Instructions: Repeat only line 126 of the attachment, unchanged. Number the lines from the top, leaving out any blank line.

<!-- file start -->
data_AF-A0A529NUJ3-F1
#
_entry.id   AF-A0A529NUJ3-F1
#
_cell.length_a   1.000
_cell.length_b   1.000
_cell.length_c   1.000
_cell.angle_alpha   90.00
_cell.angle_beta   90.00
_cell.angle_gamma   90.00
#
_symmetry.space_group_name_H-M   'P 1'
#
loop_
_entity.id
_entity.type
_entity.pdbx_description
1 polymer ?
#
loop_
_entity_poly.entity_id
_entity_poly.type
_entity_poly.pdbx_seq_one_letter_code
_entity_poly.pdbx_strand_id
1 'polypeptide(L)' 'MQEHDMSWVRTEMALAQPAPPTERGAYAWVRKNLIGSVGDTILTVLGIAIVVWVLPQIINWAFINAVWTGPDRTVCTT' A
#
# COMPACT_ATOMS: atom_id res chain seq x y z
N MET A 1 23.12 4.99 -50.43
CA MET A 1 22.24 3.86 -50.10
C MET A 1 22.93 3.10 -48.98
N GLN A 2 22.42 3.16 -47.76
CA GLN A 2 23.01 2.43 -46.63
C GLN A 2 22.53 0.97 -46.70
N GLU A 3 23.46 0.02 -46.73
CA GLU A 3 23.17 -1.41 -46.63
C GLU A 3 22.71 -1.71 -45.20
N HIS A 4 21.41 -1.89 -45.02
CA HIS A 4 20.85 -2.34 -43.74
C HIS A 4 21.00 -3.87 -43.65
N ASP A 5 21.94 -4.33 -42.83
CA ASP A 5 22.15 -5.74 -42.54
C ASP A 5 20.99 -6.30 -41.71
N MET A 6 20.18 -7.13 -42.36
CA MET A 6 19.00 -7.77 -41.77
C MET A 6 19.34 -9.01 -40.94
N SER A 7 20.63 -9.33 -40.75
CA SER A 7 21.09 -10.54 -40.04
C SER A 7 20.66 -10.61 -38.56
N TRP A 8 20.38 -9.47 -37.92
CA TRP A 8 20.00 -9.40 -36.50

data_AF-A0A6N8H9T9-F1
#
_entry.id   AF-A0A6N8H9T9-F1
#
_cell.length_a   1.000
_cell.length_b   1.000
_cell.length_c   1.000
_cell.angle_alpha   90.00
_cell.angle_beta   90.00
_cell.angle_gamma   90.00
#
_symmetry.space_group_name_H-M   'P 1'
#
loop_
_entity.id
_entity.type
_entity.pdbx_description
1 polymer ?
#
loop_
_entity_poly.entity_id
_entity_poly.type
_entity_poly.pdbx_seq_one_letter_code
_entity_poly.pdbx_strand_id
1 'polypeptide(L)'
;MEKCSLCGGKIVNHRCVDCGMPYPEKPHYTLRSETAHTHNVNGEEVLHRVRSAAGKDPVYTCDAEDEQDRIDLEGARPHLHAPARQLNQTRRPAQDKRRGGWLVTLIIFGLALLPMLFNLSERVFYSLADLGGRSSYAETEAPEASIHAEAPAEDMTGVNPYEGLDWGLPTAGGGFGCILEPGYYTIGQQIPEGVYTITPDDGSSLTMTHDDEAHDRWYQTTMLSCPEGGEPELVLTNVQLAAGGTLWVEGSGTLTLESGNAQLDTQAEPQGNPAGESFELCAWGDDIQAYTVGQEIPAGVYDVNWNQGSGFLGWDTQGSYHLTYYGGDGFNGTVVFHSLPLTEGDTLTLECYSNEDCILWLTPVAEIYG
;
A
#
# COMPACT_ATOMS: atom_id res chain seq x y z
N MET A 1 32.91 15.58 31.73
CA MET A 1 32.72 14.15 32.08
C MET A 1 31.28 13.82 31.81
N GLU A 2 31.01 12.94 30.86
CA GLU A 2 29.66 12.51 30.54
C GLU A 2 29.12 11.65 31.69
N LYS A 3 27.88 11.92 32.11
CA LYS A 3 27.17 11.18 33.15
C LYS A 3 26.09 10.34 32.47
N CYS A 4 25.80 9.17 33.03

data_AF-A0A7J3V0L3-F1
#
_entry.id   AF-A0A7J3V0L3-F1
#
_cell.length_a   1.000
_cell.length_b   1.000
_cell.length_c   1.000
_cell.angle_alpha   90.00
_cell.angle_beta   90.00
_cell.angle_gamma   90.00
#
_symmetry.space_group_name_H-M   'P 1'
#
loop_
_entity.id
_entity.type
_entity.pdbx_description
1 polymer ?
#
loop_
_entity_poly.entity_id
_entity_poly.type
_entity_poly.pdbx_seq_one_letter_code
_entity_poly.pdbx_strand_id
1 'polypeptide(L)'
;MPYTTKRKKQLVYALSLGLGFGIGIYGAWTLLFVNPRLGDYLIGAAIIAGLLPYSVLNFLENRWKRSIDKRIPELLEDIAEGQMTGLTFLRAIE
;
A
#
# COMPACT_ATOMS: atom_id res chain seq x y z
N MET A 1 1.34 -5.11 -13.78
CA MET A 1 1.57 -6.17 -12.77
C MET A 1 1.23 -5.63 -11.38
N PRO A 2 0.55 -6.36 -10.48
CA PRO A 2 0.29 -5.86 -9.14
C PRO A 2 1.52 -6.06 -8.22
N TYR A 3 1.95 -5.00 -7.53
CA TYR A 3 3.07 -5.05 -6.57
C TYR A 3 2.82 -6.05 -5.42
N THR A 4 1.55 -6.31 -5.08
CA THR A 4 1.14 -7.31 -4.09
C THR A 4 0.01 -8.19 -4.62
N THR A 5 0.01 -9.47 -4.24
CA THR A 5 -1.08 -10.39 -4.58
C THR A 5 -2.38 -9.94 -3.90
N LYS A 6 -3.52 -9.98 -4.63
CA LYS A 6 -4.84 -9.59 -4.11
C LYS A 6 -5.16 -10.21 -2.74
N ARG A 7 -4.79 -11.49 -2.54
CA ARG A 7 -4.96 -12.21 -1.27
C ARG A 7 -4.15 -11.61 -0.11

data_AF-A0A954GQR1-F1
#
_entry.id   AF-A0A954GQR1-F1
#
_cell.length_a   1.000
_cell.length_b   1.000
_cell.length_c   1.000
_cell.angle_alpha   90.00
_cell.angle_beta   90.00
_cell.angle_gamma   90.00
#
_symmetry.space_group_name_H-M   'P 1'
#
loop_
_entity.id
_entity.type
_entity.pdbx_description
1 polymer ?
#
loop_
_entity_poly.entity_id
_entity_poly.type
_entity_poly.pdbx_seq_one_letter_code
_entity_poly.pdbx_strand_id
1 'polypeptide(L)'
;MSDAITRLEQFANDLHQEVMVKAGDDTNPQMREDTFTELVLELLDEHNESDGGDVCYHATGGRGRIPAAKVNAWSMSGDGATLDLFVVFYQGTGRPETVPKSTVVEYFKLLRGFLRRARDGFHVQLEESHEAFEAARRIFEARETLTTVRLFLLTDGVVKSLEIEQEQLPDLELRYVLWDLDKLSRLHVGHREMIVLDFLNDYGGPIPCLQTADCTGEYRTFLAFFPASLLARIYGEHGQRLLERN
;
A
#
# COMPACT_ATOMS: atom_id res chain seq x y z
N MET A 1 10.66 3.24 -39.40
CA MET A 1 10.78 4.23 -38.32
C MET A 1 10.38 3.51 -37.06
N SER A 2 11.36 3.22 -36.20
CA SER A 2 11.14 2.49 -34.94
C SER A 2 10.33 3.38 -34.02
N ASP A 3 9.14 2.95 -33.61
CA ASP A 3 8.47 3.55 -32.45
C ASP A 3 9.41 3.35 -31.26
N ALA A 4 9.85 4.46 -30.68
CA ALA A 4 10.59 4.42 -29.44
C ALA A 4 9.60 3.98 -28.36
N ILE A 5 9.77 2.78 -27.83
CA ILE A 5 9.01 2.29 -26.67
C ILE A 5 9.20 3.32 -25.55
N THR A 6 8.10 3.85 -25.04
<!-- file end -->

C PRO A 2 1.52 -6.06 -8.22